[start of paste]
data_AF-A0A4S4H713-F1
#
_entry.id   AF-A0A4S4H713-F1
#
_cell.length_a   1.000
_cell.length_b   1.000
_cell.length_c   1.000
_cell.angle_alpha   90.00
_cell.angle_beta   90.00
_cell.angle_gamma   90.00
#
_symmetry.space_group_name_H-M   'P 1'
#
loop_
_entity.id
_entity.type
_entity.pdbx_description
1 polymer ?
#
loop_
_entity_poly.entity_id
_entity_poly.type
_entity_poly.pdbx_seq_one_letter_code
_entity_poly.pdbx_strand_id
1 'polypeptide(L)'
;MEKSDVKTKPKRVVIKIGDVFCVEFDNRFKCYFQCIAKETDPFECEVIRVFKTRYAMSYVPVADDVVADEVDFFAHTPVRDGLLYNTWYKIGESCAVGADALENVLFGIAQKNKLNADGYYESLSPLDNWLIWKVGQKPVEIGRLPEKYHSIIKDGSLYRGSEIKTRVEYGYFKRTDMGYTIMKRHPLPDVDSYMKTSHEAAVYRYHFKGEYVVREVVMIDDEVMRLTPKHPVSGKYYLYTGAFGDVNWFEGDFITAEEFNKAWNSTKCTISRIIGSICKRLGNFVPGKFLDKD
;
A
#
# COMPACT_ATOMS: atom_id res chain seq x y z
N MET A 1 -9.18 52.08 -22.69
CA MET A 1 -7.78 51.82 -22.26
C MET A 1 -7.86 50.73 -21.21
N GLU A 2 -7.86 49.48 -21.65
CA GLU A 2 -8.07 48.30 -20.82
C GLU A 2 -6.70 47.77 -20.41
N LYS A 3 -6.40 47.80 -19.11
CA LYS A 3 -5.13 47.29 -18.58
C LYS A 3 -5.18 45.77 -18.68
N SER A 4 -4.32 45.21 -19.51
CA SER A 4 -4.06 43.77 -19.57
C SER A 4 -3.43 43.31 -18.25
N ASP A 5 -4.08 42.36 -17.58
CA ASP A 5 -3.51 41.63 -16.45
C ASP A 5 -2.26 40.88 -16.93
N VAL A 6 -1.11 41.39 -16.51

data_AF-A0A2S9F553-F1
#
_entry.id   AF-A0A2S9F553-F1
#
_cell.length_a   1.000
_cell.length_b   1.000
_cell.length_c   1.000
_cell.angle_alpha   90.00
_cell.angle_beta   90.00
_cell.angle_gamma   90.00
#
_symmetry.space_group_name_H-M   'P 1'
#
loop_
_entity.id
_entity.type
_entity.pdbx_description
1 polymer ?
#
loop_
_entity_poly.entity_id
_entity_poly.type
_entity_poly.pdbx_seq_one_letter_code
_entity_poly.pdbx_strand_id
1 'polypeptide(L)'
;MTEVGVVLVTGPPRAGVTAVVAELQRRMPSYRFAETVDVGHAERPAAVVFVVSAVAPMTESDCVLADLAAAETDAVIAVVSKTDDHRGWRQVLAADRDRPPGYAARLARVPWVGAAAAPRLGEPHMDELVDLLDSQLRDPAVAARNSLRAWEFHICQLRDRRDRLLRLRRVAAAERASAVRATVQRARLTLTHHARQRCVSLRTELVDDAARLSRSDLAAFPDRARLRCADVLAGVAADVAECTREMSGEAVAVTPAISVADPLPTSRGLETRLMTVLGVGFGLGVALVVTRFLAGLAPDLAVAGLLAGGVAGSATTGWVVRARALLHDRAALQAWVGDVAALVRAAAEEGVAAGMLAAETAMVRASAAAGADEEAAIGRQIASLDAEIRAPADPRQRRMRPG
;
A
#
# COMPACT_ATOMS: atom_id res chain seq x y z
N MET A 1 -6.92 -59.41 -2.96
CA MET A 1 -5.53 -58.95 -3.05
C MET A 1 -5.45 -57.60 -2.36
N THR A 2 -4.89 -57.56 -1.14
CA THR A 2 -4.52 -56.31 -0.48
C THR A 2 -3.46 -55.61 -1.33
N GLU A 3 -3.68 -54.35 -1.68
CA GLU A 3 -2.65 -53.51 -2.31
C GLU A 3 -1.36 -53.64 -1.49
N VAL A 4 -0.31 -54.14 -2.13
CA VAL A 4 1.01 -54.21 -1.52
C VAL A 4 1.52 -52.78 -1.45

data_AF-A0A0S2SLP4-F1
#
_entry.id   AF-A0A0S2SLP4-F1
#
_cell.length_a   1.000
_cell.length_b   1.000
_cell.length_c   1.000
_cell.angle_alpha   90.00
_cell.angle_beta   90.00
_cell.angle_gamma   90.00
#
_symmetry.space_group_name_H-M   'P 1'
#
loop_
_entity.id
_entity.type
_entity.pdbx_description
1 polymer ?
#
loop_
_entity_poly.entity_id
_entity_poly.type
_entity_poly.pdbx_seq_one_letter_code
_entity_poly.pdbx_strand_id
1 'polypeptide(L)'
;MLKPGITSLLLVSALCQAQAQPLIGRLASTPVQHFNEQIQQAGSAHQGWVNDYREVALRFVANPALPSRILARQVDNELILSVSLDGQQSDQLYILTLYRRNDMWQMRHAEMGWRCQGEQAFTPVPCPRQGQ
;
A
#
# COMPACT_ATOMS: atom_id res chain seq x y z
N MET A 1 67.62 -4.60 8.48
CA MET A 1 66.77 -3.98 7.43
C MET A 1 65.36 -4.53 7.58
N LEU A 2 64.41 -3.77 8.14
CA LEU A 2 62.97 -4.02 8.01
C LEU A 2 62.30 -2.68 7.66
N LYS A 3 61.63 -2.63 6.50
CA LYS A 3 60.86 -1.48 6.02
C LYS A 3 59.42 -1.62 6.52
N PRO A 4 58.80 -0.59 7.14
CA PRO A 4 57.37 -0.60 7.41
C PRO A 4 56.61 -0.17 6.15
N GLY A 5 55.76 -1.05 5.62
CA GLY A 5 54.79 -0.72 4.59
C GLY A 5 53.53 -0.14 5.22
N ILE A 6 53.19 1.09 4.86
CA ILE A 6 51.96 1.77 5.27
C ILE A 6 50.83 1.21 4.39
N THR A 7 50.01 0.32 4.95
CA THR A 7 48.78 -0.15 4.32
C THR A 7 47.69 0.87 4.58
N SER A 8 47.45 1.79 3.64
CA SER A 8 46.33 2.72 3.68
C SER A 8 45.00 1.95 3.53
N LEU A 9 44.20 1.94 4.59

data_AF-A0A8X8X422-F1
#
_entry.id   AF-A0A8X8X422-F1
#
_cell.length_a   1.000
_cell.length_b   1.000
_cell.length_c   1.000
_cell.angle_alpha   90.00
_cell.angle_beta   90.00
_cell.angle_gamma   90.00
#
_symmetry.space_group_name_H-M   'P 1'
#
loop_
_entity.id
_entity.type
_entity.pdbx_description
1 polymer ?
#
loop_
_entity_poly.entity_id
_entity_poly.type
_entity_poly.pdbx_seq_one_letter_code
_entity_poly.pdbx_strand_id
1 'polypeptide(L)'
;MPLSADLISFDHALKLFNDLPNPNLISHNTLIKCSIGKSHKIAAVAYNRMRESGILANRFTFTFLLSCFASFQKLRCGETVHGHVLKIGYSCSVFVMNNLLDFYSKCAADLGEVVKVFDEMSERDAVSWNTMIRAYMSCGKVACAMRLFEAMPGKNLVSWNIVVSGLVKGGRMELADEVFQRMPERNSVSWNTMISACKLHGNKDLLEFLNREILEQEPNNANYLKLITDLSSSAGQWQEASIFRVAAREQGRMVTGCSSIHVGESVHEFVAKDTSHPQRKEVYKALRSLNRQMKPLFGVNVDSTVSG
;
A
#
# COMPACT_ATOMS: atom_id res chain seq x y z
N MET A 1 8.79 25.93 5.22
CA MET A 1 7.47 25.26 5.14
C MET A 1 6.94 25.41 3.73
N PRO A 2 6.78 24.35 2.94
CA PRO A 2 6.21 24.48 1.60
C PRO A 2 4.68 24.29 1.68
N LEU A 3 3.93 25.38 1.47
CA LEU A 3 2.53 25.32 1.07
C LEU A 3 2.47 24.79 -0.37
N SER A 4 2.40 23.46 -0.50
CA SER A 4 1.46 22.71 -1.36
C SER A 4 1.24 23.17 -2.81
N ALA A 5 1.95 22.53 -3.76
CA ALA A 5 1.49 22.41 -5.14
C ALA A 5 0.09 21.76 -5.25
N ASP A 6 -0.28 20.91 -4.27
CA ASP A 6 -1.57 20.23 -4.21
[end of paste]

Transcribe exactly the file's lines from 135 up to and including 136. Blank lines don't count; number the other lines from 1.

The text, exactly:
CA ILE A 6 51.96 1.77 5.27
C ILE A 6 50.83 1.21 4.39